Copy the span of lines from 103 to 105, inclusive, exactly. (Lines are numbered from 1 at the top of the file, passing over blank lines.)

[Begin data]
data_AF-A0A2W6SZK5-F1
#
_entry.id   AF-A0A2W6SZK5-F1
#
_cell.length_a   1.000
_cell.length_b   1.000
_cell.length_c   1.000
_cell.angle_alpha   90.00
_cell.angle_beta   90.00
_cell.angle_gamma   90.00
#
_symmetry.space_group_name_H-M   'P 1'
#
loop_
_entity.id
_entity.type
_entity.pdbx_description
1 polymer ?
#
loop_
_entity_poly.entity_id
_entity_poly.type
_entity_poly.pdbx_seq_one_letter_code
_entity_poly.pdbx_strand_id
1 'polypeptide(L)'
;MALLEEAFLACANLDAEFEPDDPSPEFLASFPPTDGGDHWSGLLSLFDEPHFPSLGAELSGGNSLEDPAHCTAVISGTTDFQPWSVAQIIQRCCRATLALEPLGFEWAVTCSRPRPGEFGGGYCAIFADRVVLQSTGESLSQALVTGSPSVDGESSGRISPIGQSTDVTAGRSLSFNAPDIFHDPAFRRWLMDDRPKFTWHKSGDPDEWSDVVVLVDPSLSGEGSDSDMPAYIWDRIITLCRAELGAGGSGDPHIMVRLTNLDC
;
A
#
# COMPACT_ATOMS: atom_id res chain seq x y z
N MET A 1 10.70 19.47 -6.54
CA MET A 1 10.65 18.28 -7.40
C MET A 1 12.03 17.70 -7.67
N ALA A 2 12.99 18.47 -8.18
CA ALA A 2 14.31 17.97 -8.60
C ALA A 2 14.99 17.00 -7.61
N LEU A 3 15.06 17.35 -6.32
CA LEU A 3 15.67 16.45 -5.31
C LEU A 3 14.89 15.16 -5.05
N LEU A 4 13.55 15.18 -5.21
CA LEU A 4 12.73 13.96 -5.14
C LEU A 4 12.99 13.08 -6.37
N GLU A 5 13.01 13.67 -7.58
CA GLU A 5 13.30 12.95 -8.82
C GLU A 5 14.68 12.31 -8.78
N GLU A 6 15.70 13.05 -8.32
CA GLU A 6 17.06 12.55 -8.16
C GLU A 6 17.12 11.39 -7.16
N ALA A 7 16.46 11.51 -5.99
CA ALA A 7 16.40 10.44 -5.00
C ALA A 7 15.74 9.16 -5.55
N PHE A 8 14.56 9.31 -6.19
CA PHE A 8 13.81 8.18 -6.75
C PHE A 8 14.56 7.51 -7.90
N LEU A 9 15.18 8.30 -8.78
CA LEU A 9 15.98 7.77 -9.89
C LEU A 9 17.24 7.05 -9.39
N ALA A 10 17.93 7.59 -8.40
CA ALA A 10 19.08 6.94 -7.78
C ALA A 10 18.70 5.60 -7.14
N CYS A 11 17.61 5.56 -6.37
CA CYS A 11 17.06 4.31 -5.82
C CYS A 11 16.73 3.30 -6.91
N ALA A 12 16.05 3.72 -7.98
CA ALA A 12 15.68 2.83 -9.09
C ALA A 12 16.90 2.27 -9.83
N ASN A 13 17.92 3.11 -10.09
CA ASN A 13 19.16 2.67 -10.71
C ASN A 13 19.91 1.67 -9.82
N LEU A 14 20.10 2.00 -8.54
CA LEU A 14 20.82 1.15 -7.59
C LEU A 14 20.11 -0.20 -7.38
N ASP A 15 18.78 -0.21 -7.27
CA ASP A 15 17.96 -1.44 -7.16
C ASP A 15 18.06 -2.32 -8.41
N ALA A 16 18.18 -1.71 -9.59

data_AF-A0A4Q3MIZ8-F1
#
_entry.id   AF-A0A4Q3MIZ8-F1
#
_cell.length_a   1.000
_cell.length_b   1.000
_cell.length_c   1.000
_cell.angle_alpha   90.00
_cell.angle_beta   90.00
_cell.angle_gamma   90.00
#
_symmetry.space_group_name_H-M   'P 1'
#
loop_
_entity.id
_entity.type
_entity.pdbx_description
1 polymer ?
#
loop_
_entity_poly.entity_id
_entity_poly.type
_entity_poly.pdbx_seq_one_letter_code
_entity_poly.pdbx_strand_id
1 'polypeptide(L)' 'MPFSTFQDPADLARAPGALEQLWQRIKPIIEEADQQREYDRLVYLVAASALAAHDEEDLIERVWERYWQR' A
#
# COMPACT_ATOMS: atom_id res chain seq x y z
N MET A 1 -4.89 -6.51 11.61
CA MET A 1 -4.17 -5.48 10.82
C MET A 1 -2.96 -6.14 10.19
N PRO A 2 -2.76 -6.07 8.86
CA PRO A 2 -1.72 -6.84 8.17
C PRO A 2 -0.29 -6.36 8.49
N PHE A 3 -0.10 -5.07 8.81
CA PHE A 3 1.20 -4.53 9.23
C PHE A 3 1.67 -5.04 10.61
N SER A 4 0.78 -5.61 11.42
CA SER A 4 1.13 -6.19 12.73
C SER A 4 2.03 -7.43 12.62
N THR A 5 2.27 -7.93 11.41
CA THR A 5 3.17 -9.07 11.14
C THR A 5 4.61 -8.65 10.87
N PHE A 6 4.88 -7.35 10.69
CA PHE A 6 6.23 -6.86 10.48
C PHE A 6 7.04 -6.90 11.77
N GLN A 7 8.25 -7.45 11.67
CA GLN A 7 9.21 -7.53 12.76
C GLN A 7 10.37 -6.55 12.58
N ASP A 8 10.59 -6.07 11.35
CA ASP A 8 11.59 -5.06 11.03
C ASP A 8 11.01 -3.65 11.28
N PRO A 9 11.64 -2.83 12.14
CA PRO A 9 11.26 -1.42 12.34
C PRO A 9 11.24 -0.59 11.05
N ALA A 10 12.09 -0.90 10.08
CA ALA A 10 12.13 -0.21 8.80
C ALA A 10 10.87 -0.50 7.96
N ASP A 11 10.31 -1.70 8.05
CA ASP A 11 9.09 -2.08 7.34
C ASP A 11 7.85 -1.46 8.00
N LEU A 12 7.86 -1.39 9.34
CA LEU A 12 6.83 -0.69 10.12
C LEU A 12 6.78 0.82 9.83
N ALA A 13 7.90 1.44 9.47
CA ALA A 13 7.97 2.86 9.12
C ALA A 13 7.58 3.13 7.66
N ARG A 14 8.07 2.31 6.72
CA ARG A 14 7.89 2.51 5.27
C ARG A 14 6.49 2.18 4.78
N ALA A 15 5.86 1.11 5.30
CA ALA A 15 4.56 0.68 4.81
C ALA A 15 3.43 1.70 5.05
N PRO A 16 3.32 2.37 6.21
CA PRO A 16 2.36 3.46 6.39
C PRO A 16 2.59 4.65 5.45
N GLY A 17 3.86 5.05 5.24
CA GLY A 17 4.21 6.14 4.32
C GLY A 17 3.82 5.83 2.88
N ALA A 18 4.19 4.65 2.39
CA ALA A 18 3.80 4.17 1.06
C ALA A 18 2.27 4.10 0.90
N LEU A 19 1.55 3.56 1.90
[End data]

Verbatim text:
# COMPACT_ATOMS: atom_id res chain seq x y z
N MET A 1 -4.89 -6.51 11.61
CA MET A 1 -4.17 -5.48 10.82